Comments: It seems quite possible that the imaginations of Dr. Seuss, which translate so well to paper and ink, were never meant to translate to fork and plate.
Who knew that Who-Roast-Beast is a roasted chicken with mushrooms tucked under the skin? Who knew that Yot in the Pot is a soup with potatoes, tomatoes, corn, sausage, and clams? Who knew that Green Eggs and Ham is fried eggs with the yolks covered in guacamole and a baked ham with cilantro leaves glued to the surface with apple jelly?
Who knows a kid who would eat them even with a mouse or in a house?
An awful lot of the recipes don’t sound like kid food the Skipper Zipp’s Chops and Chips is baked pork chops and roasted potato wedges, Jed’s Bed is coconut-crusted shrimp balls, and Brown and Black’s Snack is cornbread topped with brown beans and black beans or food that kids would have fun cooking. The desserts, drinks, snacks, and breakfast dishes look a lot more kid-friendly than the lunch and dinner recipes.
We don’t want to sound like the Grinch, but we also find the introductory verses that are meant to sound Seussian just sound silly. Consider the introduction to Brown Bar-ba-loots Truffula Fruits (strawberries dipped in strawberry yogurt): “Truffula Fruits are not readily found, but you can make your own version and discover why the Bar-ba-loots went Bar-ba-loopy for these uncommon fruits.” Or the intro for River of Nobsk Corn-off-the-Cobsk (seasoned popcorn): “What could be simpler than corn-off-the-cobsk, all popped and ready to season and eat? The Obsk suggests flavoring it with a spicy red cheese Thing-a-ma-Bobsk. Your tummy with throbsk with joy!”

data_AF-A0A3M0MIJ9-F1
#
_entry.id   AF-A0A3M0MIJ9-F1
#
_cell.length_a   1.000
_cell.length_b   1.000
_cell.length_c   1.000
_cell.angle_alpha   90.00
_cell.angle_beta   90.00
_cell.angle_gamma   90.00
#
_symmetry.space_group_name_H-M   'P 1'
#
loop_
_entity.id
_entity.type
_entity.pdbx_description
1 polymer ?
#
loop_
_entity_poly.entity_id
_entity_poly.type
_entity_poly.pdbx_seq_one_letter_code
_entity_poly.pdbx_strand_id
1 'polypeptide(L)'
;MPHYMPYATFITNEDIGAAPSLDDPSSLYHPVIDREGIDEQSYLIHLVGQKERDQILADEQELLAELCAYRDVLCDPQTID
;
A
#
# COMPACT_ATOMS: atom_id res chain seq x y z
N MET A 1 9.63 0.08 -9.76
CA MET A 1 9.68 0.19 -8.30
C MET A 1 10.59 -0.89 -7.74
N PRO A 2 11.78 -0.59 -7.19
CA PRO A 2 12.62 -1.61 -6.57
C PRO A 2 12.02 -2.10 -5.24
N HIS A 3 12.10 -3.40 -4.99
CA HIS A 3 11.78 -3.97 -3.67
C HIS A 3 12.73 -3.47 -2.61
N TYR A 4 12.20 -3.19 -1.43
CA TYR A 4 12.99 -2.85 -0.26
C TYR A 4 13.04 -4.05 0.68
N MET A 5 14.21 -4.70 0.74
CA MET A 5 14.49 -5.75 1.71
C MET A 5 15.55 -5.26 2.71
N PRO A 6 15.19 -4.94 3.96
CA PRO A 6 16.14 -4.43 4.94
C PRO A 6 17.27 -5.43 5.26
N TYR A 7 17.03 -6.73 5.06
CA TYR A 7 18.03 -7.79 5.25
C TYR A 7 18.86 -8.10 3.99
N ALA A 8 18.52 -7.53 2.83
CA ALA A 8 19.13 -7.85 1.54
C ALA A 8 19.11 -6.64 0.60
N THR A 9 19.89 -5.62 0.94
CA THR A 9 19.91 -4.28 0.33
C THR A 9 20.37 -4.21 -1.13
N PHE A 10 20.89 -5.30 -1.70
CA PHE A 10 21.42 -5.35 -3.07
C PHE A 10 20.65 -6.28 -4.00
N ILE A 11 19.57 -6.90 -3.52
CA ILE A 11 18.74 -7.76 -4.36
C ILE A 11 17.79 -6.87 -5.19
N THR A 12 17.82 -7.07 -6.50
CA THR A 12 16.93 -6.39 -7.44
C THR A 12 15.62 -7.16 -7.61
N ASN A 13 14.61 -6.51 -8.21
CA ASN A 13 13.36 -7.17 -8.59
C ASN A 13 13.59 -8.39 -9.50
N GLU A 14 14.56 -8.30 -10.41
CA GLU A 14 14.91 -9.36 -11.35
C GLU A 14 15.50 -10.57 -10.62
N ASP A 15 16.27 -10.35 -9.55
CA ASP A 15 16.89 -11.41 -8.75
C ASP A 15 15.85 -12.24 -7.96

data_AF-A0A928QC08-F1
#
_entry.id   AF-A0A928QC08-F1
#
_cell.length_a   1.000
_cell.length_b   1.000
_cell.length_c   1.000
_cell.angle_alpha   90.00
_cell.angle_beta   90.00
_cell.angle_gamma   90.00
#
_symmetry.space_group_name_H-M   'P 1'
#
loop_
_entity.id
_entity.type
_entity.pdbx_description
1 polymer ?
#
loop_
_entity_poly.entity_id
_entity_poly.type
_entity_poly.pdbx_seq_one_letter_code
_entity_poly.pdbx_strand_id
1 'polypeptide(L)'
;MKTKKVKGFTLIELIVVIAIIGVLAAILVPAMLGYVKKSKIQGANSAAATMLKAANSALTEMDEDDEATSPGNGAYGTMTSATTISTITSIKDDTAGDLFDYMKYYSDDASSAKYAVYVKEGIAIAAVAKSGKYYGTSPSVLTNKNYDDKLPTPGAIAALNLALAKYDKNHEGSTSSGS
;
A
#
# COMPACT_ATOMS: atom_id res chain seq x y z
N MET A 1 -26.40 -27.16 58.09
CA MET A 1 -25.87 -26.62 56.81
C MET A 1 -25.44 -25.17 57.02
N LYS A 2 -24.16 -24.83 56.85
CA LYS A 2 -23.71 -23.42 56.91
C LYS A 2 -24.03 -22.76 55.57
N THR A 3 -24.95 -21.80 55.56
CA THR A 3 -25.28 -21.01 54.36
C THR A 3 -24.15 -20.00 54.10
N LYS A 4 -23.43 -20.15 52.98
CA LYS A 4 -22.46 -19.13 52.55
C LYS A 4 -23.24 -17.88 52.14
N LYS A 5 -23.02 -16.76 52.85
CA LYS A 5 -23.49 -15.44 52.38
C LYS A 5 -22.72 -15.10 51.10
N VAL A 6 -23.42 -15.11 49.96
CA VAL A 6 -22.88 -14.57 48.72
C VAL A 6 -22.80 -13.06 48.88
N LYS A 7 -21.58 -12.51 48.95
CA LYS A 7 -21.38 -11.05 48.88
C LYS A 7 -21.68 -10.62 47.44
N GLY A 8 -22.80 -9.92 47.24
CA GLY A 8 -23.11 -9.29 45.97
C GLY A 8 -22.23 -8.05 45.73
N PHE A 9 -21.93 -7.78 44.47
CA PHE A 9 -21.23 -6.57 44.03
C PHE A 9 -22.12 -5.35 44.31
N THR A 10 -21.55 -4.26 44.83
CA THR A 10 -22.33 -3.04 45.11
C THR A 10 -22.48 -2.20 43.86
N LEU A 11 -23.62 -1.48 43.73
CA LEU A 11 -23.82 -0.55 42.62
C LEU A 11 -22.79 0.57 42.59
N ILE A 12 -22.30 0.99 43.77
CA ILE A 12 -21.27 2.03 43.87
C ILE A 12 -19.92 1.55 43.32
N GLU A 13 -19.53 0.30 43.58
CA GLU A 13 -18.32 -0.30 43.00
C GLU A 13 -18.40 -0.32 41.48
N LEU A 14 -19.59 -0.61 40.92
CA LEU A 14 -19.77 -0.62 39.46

Some of the recipes provide instructions for making everything from scratch, but also provide options for buying prepared foods and assembling the finished dish.
Despite its disappointing elements, if this book provides parents or grandparents with a happy afternoon or two in the kitchen with their little ones, it will be well worth it.